These Conway Hall Sunday Evening Concerts are always good value, but this one was especially generous: there was a ‘pre-concert recital’, 40 mins before the concert proper. As we were taking our seats, pianist Hiro (Hiroaki) Takenouchi was still driving frantically to the venue, having been severely held up in traffic. Three minutes after arriving he stood before the expectant audience, with no time to warm up, gauge the piano, ready his mind, and was required to play Beethoven’s Appassionata, no less. What to do? Well, there was nothing for it: just go for it! And go for it he did. Yes, yes, yes, there were plenty of wrong notes smattering the first movement, but who cares? This was a terrific performance, full of passion, panic and commitment, a white-knuckle ride that had me on the edge of my seat. In such a context one wouldn’t expect the Andante con moto to be a rapt, still centre of the work; it was the ‘con moto’, with movement, that prevailed, and it moved inexorably to that diminished 7th that hangs in the air before delivering us to the relentless, breathless perpetual motion of the last movement, cranked up even more in the closing presto. All this Takenouchi accomplished not merely with great panache and communicative power, but also with a sense of the heroic seriousness of this, one of Beethoven’s greatest works.

Perhaps then it was not surprising that the first work in the Beara Trio’s concert that followed, very early Beethoven, the Piano Trio Op. 1 No. 2 in G major, seemed to fall just a bit flat. There was not enough ‘vivace’ in the allegro vivace, and not enough expression in the Largo con espressione. It all seemed just a bit too straight, though I was charmed by the short rising figure the cello plays to introduce the scherzo. But thereafter the concert certainly took flight. In an alteration of the advertised order they played the John Ireland Phantasie Trio next, and here passion overflowed, a wonderful dotted opening theme that rises with great aspiration and then arches over and down with romantic pathos: a glorious work wonderfully played, with particularly fine solos from cellist, Aoife Nic Athlaoich.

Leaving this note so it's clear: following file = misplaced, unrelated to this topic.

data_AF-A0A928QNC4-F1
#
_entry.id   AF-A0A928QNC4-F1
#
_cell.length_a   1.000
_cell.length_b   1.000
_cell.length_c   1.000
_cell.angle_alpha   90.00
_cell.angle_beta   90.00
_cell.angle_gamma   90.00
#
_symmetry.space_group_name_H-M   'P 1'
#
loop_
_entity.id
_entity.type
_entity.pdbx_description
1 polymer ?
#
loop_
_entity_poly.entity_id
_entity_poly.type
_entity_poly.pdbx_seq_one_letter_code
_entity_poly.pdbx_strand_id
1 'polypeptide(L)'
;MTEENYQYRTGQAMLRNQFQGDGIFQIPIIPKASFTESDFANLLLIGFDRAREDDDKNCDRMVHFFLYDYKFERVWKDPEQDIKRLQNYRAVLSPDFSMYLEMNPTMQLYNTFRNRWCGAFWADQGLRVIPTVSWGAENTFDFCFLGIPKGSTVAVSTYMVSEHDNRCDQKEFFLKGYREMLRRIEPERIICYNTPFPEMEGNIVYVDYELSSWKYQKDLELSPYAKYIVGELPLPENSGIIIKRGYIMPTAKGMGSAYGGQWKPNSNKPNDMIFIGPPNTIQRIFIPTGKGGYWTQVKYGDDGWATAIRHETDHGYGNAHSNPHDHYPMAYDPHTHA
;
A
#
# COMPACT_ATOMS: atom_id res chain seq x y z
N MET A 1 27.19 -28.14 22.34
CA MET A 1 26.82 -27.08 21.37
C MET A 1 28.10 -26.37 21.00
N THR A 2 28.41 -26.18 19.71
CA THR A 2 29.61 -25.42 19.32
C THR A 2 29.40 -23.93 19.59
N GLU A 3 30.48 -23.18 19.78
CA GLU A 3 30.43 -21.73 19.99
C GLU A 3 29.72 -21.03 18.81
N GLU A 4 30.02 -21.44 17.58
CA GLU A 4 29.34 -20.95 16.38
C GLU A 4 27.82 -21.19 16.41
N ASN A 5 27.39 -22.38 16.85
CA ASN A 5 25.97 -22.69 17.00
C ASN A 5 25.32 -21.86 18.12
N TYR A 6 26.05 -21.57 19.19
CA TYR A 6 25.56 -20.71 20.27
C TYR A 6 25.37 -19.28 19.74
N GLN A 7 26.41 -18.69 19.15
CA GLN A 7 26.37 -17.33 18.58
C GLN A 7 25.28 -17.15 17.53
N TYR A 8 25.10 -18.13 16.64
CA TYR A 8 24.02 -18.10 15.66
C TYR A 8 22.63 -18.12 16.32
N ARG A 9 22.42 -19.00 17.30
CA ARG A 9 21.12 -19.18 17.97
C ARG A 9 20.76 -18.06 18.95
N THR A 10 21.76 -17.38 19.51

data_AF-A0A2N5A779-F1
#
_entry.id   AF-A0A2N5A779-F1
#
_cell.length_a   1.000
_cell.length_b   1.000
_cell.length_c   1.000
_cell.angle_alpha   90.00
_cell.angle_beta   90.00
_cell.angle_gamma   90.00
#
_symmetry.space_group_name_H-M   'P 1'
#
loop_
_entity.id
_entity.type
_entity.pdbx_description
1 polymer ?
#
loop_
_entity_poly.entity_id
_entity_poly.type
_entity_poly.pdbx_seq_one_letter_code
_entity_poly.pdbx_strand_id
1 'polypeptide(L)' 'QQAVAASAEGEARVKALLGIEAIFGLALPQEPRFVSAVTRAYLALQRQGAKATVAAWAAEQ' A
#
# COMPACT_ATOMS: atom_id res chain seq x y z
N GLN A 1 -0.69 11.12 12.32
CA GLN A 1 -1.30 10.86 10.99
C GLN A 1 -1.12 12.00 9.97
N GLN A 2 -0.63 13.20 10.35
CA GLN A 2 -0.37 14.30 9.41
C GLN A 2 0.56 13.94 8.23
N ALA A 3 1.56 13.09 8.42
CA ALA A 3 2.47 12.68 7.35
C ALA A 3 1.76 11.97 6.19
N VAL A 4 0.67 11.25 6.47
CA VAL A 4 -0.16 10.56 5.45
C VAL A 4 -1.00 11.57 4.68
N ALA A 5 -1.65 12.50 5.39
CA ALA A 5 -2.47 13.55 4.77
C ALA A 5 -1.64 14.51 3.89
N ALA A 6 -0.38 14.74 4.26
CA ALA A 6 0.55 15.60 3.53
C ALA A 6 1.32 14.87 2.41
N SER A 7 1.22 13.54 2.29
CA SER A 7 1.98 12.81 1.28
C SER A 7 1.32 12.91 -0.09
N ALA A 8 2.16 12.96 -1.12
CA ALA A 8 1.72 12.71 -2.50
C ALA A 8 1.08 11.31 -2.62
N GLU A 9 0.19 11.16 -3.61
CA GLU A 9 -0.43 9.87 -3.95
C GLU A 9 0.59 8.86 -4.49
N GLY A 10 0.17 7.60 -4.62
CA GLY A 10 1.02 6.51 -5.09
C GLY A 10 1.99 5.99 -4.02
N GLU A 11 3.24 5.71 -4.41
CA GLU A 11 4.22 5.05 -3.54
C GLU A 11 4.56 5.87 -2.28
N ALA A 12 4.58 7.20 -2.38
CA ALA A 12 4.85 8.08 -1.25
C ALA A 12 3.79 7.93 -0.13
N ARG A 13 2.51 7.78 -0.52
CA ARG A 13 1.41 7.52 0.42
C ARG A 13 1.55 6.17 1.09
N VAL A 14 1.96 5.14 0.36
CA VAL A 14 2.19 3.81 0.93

The Shostakovich Op. 8 Trio is a very accessible early work, reminding you of Shostakovich’s role as a silent film accompanist and film music composer, starting with a chromatic falling motive full of pathos on the strings, it alternates its thematic material until ending with a big tune supported by frantic piano ornamentation. It was really a student work, and the last few bars were completed by another hand, but the Beara Trio gave it a committed and delightful performance that was as moving as it was entertaining. Cliodna Shanahan’s forthright piano style was especially effective in the bravura passages.

The concert closed with a Mendelssohn Trio no. 1 and, as always with Mendelssohn, one is astounded by how good it is! There’s such wonderful lyrical writing for the violin, played with great warmth and beauty by Claire Sterling, and the whole piece is full of good tunes woven together with breathtaking skill. The Andante was especially touching, and the Finale – Allegro assai appassionato – was accomplished with plenty of allegro and plenty of passion bringing a very fine concert to a rousing close.